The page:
Objections from the federal audit court, or TCU, delayed President Dilma Rousseff’s plan to start leasing public port terminals to private companies last year and some operators threaten additional lawsuits over existing concessions.
Still, Rousseff’s team has incorporated all but four of the 19 conditions the TCU imposed and expects the remaining technical disagreements will be resolved in time to lease 159 terminals this year, said Ports Minister Antonio Henrique Silveira, an economist who took on the job in October.
February 5, 2014
Paulo Winterstein & Loretta Chao – The Wall Street Journal, 2/2/2014
Among the worries piling up over Brazil’s preparations for the World Cup soccer tournament in June is a new one: air transportation.
Air industry executives say there is a growing risk that Brazil’s airports and airlines aren’t up to the task of smoothly moving hundreds of thousands of people to the 12 World Cup host cities across a country as big as the continental U.S.
“Anyone who tells you we’re not going to have any problems is lying,” said José Efromovich, CEO of airline Avianca PFAVH.BO 0.00% Brasil. When Brazil plays Mexico in the northeastern city of Fortaleza, for example, he said an estimated 100 planes will have to fly in and out of the city the same day. “You don’t have room at the airport for even half of those planes.”
February 4, 2014
Gerald Jeffris – The Wall Street Journal, 2/3/2014
Brazil’s economy has weathered recent global turbulence well and remains an attractive destination for foreign investment, Brazilian President Dilma Rousseff said Monday in a message to the country’s Congress at the opening of the 2014 legislative session.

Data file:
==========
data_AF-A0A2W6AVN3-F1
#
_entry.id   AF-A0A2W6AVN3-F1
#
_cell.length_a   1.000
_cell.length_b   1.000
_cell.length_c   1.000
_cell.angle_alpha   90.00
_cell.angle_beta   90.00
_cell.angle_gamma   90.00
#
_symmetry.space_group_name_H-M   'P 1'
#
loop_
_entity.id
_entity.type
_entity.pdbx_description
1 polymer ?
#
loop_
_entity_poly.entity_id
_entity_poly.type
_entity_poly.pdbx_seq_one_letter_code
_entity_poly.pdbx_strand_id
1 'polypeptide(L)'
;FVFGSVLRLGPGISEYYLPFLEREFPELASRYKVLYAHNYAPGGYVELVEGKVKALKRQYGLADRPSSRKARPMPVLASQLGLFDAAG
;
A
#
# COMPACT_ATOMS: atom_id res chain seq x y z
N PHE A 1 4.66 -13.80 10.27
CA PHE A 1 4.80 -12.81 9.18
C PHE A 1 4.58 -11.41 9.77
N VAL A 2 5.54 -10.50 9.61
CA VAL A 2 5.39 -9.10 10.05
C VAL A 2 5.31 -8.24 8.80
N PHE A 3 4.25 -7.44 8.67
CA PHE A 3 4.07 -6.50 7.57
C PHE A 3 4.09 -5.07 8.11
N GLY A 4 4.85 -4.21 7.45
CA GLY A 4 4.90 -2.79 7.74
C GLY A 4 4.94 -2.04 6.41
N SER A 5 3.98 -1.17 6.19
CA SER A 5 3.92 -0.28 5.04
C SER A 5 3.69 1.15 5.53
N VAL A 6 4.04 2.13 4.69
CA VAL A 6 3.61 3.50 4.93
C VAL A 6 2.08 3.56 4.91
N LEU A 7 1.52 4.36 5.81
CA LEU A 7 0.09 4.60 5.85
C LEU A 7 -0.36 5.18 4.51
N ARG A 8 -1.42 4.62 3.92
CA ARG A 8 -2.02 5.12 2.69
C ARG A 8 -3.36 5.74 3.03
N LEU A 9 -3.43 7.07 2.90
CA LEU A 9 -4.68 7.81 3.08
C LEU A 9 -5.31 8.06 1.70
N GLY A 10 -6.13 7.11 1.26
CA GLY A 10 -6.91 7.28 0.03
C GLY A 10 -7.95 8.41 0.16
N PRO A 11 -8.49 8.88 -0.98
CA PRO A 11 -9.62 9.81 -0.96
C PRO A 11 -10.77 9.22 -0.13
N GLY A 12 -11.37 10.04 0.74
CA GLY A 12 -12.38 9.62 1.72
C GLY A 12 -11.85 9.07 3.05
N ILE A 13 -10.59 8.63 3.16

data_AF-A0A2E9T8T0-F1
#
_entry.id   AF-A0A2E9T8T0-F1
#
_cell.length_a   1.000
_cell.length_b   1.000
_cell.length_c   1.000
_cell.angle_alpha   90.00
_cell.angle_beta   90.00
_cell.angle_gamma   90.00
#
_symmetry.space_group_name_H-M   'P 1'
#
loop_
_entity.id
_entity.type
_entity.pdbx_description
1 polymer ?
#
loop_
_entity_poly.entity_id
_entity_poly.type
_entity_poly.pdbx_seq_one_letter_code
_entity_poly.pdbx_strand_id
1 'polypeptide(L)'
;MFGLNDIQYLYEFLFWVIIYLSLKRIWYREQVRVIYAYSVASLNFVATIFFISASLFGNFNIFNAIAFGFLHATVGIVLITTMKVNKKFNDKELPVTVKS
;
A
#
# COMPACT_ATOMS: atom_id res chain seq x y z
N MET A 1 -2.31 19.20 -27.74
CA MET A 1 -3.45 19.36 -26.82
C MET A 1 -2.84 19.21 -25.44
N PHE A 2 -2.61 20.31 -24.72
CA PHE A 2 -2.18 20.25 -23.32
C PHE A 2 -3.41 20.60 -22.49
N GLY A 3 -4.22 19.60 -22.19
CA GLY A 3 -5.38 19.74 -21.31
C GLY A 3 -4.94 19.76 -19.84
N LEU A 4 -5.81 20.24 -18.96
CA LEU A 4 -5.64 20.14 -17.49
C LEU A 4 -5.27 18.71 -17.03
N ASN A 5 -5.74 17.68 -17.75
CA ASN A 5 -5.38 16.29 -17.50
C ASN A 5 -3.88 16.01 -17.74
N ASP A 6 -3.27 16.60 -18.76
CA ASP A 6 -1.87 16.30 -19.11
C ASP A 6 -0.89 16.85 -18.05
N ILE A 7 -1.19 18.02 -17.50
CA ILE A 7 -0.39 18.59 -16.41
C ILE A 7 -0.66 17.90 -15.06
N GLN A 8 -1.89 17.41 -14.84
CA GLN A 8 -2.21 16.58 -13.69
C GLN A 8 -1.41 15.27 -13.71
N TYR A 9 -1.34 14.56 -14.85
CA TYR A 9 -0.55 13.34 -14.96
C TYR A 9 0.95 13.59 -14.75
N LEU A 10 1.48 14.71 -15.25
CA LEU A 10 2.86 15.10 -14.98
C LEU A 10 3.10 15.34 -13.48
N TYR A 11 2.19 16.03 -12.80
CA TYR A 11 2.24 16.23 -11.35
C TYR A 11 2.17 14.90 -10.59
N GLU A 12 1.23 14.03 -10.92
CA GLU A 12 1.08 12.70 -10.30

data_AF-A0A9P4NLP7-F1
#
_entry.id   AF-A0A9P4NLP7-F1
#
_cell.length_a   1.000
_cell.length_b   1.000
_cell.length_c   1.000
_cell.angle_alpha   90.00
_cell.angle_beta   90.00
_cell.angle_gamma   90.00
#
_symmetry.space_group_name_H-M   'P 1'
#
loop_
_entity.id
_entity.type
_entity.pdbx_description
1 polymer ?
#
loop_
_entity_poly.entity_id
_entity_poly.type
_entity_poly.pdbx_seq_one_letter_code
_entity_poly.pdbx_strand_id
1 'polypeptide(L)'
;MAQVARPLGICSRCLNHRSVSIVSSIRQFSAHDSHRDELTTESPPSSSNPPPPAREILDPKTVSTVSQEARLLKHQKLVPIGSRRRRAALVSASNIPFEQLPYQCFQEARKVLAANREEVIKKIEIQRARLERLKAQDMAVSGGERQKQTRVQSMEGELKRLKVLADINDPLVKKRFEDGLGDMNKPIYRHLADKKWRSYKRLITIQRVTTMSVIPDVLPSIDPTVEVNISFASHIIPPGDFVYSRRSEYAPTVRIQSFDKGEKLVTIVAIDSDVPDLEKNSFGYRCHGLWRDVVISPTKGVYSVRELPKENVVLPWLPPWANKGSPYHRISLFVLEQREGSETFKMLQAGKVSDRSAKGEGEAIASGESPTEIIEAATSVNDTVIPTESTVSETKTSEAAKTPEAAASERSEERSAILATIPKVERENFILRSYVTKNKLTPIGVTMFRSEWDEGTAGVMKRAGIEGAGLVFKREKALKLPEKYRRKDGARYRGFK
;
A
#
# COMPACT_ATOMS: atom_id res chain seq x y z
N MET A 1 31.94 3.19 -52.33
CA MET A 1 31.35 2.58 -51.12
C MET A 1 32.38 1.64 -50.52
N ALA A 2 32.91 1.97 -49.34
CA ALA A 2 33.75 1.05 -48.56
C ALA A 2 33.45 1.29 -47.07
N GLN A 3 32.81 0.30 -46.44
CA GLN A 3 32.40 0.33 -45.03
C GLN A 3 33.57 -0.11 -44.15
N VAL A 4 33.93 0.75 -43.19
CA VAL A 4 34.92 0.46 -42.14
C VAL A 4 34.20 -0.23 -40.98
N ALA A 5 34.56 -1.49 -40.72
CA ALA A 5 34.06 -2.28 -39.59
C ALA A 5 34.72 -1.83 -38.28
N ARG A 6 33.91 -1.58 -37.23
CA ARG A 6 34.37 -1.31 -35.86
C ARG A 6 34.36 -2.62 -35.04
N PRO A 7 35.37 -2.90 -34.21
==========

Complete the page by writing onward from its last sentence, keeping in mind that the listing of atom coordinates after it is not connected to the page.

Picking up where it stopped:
In the message, which was read to lawmakers by Senate steering committee member João Vicente Claudino, the president said Brazil would continue to maintain a stable economy and serve as a safe destination for foreign capital.
“Brazil is and will continue to be one of the most attractive markets for foreign investors,” she said.
January 28, 2014
Angelica Mari – Brazil Tech, 1/28/2014
The largest technology event in Brazil has opened its doors for the general public today and will focus heavily on entrepreneurship and new business development.
Tickets for the seventh edition of Campus Party are sold out. Some 8,000 young techies will be camping in a space within the convention center in São Paulo where the week-long festival is taking place. In addition, about 160,000 visitors are expected to attend the event until Sunday (2).
When announcing this year’s agenda for the festival and the departure from the previous focus on “nerd” subjects towards start-ups, Campus Party founder Paco Ragageles said this year’s event would be a “Disneyland for entrepreneurs”